Cutting Greenhouse Pesticide Use By 97.5% With IPM Pays

Greenhouse product customers may reward growers using ecologically-correct IPM-based biological pest controls.

Published on: Nov 14, 2012
By Kara Lynn Dunn
 
Susan and Tom Palomaki are sold on using integrated pest management plus biological pest controls in their greenhouses. Within three years of transitioning to biological pest controls, their Lucas Greenhouses at Fairport, N.Y., has reduced pesticide use by 97.5%.
 
The couple started shifting to biological pest control of their annuals, perennials, vegetables and herbs in 2007 after joining a three-year educational project funded by New York Farm Viability Institute and conducted by the NYS IPM Program at Cornell University. "We've become very good at detecting problems early, and haven't had to spray much for issues in two years," says Susan. "I want to leave my kids a healthy planet, so we joined the IPM project."
ECOLOGICALLY-CORRECT: Susan Palomaki uses IPM posters to help educate Lucas Greenhouses customers about their success with reducing greenhouse pesticides.  Photo by Rocco Laurienzo
ECOLOGICALLY-CORRECT: Susan Palomaki uses IPM posters to help educate Lucas Greenhouses customers about their success with reducing greenhouse pesticides. Photo by Rocco Laurienzo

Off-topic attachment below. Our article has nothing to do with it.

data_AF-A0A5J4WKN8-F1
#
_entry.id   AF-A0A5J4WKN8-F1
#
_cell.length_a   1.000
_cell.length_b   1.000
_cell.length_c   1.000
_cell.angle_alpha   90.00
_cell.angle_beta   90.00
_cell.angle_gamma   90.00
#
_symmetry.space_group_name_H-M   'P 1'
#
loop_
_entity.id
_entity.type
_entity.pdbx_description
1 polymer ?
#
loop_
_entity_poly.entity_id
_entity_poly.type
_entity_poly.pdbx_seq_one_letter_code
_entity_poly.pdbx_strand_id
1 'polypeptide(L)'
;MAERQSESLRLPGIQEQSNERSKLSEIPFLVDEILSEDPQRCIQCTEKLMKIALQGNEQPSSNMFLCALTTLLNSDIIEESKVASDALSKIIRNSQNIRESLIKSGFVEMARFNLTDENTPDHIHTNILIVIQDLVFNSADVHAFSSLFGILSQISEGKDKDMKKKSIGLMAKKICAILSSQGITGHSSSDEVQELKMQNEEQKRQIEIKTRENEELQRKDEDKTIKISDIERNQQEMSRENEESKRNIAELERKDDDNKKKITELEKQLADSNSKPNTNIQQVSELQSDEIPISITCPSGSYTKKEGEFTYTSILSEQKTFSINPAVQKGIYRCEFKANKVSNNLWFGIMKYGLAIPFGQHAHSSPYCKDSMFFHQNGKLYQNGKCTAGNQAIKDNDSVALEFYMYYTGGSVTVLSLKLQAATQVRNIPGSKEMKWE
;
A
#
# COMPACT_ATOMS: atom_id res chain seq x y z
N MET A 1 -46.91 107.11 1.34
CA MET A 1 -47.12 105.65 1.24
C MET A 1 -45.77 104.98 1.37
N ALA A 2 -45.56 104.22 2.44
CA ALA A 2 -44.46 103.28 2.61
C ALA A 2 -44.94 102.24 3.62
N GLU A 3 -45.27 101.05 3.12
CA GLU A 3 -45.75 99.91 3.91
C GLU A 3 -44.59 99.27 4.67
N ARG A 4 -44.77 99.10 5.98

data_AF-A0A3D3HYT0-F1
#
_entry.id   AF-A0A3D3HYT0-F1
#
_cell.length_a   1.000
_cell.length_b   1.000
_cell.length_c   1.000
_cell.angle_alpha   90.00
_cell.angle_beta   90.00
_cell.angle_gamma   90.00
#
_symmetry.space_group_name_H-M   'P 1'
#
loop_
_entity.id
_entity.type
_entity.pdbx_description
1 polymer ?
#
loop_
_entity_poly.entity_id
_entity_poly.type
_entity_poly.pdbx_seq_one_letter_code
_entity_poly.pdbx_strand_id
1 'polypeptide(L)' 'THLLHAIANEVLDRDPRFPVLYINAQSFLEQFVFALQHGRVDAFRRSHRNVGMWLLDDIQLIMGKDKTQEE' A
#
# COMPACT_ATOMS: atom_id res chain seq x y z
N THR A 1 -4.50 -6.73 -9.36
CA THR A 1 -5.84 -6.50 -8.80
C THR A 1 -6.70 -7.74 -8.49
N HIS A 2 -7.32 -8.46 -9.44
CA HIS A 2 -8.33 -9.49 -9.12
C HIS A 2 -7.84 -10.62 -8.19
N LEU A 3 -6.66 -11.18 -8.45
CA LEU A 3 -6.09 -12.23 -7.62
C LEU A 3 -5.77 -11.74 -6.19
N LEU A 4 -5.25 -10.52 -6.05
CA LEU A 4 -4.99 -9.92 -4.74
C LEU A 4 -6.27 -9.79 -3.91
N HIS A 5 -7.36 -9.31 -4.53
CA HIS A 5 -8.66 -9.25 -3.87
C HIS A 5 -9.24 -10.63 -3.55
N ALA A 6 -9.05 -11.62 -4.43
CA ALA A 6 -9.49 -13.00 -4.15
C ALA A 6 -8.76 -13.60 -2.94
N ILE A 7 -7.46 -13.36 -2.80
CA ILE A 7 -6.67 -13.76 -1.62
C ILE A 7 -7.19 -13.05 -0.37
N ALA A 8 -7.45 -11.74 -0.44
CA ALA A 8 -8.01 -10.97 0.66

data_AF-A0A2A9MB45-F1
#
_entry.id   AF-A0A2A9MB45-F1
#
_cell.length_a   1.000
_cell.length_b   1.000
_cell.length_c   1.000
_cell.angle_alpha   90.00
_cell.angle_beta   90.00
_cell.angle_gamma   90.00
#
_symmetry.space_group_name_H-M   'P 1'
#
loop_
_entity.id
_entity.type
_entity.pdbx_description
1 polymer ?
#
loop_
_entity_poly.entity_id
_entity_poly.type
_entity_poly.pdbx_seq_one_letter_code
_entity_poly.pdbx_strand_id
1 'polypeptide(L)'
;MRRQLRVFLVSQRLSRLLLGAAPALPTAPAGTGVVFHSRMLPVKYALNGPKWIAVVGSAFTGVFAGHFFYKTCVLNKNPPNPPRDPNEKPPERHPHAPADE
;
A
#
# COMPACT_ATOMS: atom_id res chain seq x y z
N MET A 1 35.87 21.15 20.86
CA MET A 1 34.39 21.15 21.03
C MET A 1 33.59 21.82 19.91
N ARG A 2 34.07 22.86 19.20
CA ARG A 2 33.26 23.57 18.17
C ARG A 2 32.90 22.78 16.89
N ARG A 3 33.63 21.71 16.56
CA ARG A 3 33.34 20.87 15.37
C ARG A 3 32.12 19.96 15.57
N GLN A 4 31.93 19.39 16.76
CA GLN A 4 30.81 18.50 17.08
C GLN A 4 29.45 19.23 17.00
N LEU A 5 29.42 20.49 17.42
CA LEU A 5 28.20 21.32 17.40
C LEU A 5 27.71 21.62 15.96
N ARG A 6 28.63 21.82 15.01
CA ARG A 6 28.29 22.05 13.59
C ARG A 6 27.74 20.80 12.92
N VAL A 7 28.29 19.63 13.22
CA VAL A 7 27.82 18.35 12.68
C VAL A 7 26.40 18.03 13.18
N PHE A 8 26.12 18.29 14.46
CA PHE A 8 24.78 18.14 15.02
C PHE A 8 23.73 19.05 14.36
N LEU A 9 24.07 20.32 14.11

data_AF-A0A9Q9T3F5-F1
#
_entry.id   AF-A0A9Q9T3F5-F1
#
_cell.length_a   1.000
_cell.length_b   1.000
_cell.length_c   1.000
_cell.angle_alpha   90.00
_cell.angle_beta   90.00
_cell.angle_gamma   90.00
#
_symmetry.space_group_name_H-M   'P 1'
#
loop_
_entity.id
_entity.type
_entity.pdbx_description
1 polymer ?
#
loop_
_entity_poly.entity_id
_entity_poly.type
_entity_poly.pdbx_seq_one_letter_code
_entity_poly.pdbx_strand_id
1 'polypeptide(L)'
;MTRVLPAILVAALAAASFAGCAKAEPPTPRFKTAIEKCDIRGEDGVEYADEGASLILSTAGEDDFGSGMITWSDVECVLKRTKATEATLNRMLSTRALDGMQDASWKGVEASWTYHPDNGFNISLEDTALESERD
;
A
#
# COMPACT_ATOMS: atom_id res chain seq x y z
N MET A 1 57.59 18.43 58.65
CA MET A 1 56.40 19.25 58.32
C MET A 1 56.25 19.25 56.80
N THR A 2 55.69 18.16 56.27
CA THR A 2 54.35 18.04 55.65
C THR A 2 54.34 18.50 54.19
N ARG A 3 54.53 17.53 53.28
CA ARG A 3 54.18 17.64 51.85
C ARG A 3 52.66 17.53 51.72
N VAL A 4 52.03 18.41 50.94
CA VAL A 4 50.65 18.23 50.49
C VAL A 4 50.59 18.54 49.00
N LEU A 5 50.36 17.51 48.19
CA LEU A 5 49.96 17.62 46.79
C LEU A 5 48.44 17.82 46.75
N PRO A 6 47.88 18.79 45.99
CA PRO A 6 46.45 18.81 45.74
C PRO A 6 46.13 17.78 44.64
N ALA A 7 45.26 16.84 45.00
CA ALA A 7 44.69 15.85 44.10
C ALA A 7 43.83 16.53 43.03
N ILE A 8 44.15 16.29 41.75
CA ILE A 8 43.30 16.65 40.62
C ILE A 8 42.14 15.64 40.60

In the first year, Ornamentals IPM Coordinator Elizabeth "Betsy" Lamb monitored pests and spray treatments at three greenhouses. During year two, they evaluated the combined use of spraying and beneficial insects. In year three, they evaluated concentrated use of beneficials – natural enemies that suppress pest populations.
 
Lucas Greenhouses employ Debbie Palumbo-Sanders, who scouts the entire business weekly. Through an IPM mentor-users network, Debbie met mentor Mark Yadon at Mischler's Greenhouse, Williamsville, N.Y. (featured in American Agriculturist's July 2008 issue). "Mark said 'Call,' so I did, even with questions I was embarrassed to ask," she says.
 
Now she mentors other greenhouse scouts, and educates Lucas Greenhouses' aspiring home gardeners, tour groups and planting parties. The eco-conscious business applies beneficials early in the season as a preventative.
 
The pay off?
Customer education is key, declares Palomaki. "We use posters, and retail staff to explain that the beneficials are sprinkled in the bran seen on the plants."
 
When Lucas Greenhouses' Little Sprouts Club comes for a tasting tour, "We want the children to be able to pick the berries and tomatoes," she adds.
 
Economically, the savings in pesticide cost washes with the expense of the beneficials. But "the human health rewards are worth any extra expense with IPM," she contends. Lucas Greenhouses received the NYS IPM Program's Excellence in IPM Award for 2012.
 
For more information, reach Lamb at 607 254-8800, or email her at eml38@cornell.edu . The IPM website is: www.nysipm.cornell.edu/ .
 
Catch more story details in December's American Agriculturist issue.